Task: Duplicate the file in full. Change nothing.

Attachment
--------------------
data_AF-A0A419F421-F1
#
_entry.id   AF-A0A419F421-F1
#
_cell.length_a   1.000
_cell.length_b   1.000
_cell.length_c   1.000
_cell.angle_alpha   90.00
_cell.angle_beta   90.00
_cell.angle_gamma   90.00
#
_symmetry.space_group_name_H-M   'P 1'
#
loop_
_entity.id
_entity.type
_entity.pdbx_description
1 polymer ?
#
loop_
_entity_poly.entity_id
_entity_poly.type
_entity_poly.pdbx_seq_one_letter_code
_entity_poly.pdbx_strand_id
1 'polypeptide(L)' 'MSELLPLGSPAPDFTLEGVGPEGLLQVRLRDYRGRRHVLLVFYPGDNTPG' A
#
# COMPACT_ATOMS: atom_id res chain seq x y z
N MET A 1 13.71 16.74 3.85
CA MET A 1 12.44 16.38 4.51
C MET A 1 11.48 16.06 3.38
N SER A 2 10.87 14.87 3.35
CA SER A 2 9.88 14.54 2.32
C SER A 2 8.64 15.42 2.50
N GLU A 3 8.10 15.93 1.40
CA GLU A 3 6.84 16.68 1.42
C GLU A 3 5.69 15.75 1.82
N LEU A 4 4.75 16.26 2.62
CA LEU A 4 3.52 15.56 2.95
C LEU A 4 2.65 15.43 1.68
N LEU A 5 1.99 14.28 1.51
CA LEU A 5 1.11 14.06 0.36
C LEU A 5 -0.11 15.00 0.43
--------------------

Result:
data_AF-A0A419F421-F1
#
_entry.id   AF-A0A419F421-F1
#
_cell.length_a   1.000
_cell.length_b   1.000
_cell.length_c   1.000
_cell.angle_alpha   90.00
_cell.angle_beta   90.00
_cell.angle_gamma   90.00
#
_symmetry.space_group_name_H-M   'P 1'
#
loop_
_entity.id
_entity.type
_entity.pdbx_description
1 polymer ?
#
loop_
_entity_poly.entity_id
_entity_poly.type
_entity_poly.pdbx_seq_one_letter_code
_entity_poly.pdbx_strand_id
1 'polypeptide(L)' 'MSELLPLGSPAPDFTLEGVGPEGLLQVRLRDYRGRRHVLLVFYPGDNTPG' A
#
# COMPACT_ATOMS: atom_id res chain seq x y z
N MET A 1 13.71 16.74 3.85
CA MET A 1 12.44 16.38 4.51
C MET A 1 11.48 16.06 3.38
N SER A 2 10.87 14.87 3.35
CA SER A 2 9.88 14.54 2.32
C SER A 2 8.64 15.42 2.50
N GLU A 3 8.10 15.93 1.40
CA GLU A 3 6.84 16.68 1.42
C GLU A 3 5.69 15.75 1.82
N LEU A 4 4.75 16.26 2.62
CA LEU A 4 3.52 15.56 2.95
C LEU A 4 2.65 15.43 1.68
N LEU A 5 1.99 14.28 1.51
CA LEU A 5 1.11 14.06 0.36
C LEU A 5 -0.11 15.00 0.43